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Logicien
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PostPosted: Fri Nov 09, 2012 1:43 am    Post subject: Help to understand that call trace Reply with quote

So far, there is only one message who can indicate the source of the call trace before it appear
Code:
kmemleak: Trying to color unknown object at 0xffff88012a80aa80 as Grey
Pid: 0, comm: swapper/0 Not tainted 3.6.5-gentoo #1
Call Trace:
 [<ffffffff810cc87f>] ? paint_ptr+0x50/0x8f
 [<ffffffff816908e9>] ? sysctl_init+0x16/0x1b
 [<ffffffff8167da99>] ? start_kernel+0x38c/0x3cd
 [<ffffffff8167d5b0>] ? do_early_param+0x7d/0x7d
 [<ffffffff8167d120>] ? early_idt_handlers+0x120/0x120
 [<ffffffff8167d331>] ? x86_64_start_kernel+0xd3/0xe2

So, this call trace look to come from kmemleak. I do not know what is kmemleak. This kernel have been configure and compile by my self from the Gentoo sources. This is 3.6.5 version, but the call trace is displayed since long before. The kernel work normally.
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khayyam
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PostPosted: Fri Nov 09, 2012 3:25 pm    Post subject: Reply with quote

Logicien ...

when colouring "grey" kmemleak is trying to mark it as a false positive. The line above whats quoted should give some idea of what specificaly triggers it.

best ... khay
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wcg
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PostPosted: Mon Nov 12, 2012 11:40 pm    Post subject: Reply with quote

What is the function of kmemleak? To notice when the kernel
has allocated memory to which there are no longer any
references, meaning that the address of that memory block
is no longer assigned to any variable, yet the memory block
is still marked as allocated by the kernel.

"Coloring" in this case is kernel shorthand for "allocated but
not referenced", "allocated and referenced", "not allocated,"
etc. False positives can turn up when the address of a block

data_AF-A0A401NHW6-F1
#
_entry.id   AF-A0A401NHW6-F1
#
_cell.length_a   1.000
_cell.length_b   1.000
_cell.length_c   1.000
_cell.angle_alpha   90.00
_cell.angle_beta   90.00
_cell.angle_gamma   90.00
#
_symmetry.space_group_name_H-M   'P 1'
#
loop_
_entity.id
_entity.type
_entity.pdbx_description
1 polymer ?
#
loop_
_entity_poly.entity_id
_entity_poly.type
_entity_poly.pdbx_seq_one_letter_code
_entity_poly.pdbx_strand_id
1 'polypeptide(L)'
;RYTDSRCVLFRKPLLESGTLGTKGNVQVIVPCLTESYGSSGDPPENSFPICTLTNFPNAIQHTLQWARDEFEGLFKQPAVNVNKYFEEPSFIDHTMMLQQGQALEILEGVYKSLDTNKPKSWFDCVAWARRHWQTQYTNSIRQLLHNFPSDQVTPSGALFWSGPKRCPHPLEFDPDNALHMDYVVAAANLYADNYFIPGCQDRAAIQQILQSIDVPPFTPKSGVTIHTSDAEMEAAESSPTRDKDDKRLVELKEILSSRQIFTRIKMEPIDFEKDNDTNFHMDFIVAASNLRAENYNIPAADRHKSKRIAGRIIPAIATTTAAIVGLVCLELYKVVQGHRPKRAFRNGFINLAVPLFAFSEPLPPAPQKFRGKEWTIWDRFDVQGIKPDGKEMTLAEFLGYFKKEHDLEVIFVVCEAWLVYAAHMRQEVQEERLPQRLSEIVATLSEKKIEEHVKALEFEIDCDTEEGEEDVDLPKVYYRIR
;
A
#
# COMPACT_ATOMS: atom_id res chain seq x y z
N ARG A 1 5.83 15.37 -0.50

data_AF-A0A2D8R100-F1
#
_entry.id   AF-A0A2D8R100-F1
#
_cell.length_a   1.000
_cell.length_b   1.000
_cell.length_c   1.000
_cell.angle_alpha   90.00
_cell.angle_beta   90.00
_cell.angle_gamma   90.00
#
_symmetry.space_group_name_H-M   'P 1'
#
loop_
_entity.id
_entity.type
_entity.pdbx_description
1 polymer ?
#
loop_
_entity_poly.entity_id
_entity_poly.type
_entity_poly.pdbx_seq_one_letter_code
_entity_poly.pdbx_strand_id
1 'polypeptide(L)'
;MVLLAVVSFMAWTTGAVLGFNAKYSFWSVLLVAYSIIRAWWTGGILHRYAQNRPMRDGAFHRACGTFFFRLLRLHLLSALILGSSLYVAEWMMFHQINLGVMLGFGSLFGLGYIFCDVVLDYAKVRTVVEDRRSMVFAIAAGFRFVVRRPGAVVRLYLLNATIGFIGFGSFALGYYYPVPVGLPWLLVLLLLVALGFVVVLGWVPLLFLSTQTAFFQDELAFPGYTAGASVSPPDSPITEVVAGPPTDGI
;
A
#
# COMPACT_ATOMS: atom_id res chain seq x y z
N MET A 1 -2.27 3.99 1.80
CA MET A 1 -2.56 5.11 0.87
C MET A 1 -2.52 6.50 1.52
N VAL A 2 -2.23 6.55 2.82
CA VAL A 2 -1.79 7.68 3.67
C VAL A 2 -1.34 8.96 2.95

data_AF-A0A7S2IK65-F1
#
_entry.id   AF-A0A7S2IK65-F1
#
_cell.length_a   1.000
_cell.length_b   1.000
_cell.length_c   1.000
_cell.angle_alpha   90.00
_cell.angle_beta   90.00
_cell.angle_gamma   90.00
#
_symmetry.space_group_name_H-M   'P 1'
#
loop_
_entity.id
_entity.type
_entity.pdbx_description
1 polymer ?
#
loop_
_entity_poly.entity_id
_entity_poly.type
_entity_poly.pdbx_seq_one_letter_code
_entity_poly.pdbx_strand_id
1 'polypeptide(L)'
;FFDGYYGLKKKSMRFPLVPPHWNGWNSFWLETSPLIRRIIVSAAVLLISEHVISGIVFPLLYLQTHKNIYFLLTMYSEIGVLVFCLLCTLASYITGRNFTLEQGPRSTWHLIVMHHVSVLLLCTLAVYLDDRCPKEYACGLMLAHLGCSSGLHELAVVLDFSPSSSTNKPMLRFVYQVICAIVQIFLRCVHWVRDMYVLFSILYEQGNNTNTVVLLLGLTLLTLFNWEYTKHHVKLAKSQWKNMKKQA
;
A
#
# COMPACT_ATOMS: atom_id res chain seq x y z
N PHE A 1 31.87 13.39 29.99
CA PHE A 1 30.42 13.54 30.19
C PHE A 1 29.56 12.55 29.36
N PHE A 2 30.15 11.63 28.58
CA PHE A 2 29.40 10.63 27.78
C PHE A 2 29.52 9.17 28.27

of memory is on a queue to be freed when the kernel gets
around to it. Until the kernel actually marks it free, it seems
to still be allocated to the kmemleak detector, yet some
structure that once contained a variable that held the address
of that memory block no longer exists (kernel thread exited,
stack was freed, etc). So it is not really a "memory leak",
because the kernel will get around to freeing it eventually,
yet it still looks like a memory leak when kmemleak gets
scheduled.

That is what kmemleak does. Why there is a bug report
would have a more subtle explanation. (I do not know
enough about its internal structure to say.)
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Yamakuzure
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PostPosted: Tue Nov 13, 2012 8:10 am    Post subject: Reply with quote

Little addition: You might want to take a look at /usr/src/linux/Documentation/kmemleak.txt.
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wcg
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PostPosted: Wed Nov 14, 2012 2:40 pm    Post subject: Reply with quote

Another added detail: kmemleak should not report a leak when
memory is on a queue to be freed, because the queue itself
contains a reference to that block of memory. That would be a
bug.

There might be race conditions, though, where removing that
variable from the queue and marking that block of memory
as free, unallocated memory is not an atomic operation.
*Something* should always have a reference to that memory
until it is actually marked free, but perhaps there are situations
where kmemleak can not see local stack variables of some
function currently executing in another thread on another
cpu core, for example, and that is the only existing reference
to that memory block.

edit:
Theoretic, functional programming kind of question:
do kmemleak's own function arguments count as
references?
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wcg
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PostPosted: Thu Nov 15, 2012 12:20 am    Post subject: Reply with quote

Quote:
/usr/src/linux/Documentation/kmemleak.txt


A good document. When you consider how many kinds of
cases there are where coverage of allocations and references
to them from kernel objects would not be complete, races
between kmemleak and non-atomic deallocation functions
are probably in the noise (not a source of errors common
enough to matter to anyone examining kernel memory leaks).

Here is a good explanation (last time I read it, anyway) of
what "race conditons" are:
http://en.wikipedia.org/wiki/Race_condition

This sentence from kmemleak.txt is pertinent:
Quote:

Anyway, this tool is intended for debugging purposes where
the performance might not be the most important requirement.


Most users are not debugging kernel memory leaks, so
they do not need to pay the performance costs of enabling
kmemleak.
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